Thankfully, the level design makes up for any other creative missteps. The stages here are a chaotic frenzy of platforming. There’s rarely a moment that doesn’t keep players on their toes. There’s always something to be jumped over, bounced on, or slapped into oblivion. The best are the music stages, which require you to progress through the level in sync to the background music. The music selections include such crazy mashups as a salsa version of Eye of the Tiger and the theme music from Kill Bill sung in a giggle-inducing gibberish. Sadly, the music stages are few, and not all of them feature such creative twists on licensed music.

The Wii U version features stages built around the wii U Gamepad, in which players take control of a creature called Murphy. Murphy doesn’t take part in the platforming, but works as a sort of cursor through the Gamepad’s touchscreen. Murphy can interact with the environment in ways to help out Rayman and hinder enemies. He can even double the points awarded for Lums.

The Murphy stages are a bit of a bittersweet deal, however. They are creative, and make good use of the Gamepad. But they are intended for a multiplayer crowd. These stages are vastly more fun with one player controlling Murphy and the others controlling Rayman and company. If played by oneself, the player must take turns playing as the platforming character and as Murphy, which not only makes for awkward breaks in gameplay, but also leaves a less-than-reliable AI in control of the platforming character when the player takes control of Murphy.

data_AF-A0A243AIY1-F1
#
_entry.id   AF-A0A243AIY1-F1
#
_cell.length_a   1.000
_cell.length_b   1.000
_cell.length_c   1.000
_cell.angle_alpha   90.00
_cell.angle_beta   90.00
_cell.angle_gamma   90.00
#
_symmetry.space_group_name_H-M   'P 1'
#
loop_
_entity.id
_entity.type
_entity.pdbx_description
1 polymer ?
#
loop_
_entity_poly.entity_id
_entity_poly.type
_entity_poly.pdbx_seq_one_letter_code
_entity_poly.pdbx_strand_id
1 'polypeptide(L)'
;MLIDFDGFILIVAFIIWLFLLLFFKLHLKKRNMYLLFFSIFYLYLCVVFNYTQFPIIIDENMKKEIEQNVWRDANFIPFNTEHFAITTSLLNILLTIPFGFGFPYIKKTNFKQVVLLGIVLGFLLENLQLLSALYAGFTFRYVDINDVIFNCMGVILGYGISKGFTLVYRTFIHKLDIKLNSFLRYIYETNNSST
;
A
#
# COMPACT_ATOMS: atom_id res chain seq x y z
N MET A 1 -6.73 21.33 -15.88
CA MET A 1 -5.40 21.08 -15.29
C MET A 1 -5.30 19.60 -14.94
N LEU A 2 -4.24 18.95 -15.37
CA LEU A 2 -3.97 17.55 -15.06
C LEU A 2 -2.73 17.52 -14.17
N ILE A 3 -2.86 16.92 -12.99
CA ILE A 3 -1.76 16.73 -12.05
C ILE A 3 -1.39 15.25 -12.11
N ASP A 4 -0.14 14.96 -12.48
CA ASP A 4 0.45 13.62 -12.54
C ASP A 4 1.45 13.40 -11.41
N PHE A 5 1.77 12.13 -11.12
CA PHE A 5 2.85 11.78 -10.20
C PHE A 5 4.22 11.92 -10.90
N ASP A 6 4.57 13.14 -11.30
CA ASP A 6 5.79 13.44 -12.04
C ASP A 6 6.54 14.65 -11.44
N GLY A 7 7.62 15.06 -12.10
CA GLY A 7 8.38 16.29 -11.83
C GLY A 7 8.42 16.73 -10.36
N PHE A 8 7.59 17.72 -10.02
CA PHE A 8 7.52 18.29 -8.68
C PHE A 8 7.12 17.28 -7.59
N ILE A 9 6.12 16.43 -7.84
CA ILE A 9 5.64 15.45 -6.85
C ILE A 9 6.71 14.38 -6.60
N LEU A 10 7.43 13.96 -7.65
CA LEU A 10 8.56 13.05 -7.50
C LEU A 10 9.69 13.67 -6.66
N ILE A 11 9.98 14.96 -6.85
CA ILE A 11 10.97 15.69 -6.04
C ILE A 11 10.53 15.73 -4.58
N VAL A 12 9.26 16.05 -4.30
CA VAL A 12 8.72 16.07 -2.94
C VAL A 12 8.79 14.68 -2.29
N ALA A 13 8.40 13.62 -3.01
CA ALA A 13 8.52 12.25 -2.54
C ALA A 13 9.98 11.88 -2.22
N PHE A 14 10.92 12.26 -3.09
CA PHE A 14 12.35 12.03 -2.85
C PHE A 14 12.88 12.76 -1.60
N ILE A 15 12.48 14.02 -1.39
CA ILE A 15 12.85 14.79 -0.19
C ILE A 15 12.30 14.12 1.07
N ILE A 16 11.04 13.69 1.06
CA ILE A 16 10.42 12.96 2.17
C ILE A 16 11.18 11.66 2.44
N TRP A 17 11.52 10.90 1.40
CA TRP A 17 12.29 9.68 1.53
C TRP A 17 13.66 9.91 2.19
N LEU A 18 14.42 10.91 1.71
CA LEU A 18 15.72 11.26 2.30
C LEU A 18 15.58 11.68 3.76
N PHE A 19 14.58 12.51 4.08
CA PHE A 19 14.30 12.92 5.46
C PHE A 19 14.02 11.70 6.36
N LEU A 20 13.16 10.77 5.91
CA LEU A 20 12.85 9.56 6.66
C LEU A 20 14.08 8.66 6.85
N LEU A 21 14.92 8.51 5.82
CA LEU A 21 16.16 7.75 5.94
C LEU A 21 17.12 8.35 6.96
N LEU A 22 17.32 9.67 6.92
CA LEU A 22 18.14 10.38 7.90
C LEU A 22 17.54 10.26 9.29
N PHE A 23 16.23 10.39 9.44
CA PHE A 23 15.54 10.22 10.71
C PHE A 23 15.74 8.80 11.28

The visuals are a bright, cartoonish treat. The hand-drawn visuals of Origins return, with added flairs in lighting and shading. The music is equally as delightful and silly.

Rayman Legends may feel like more of an extension of Origins than a full-on sequel (it even includes most of Origins’ best stages), but its a darned entertaining game filled with style and charm. It’s not the most creative platformer out there, but its so fun you might not even care.

7

Kid Icarus Uprising Review

Kid Icarus: Uprising

Kid Icarus Uprising sought to resurrect Nintendo’s long-dormant Kid Icarus franchise (last seen on the Game Boy twenty-one years prior) and turn it into a modernized action game. For the most part, Uprising succeeds in its mission. Taking cues from the likes of star Fox 64 and God of War, Uprising’s stages alter between hectic on-rails shooter and grounded beat-em-up.

Both segments use the same style of control, Pit’s movements are controlled with the thumbstick, the touch screen is used for aiming,and the L trigger performs attacks. It’s a simple setup that’s easy to learn, and works in surprisingly versatile ways. Though the setup works best in the flying segments, because when Pit is on land, the touch screen is also used to control the camera. As one might guess, using a touch screen to move a camera and target enemies can feel muddled, which takes away some of the smoothness from the experience.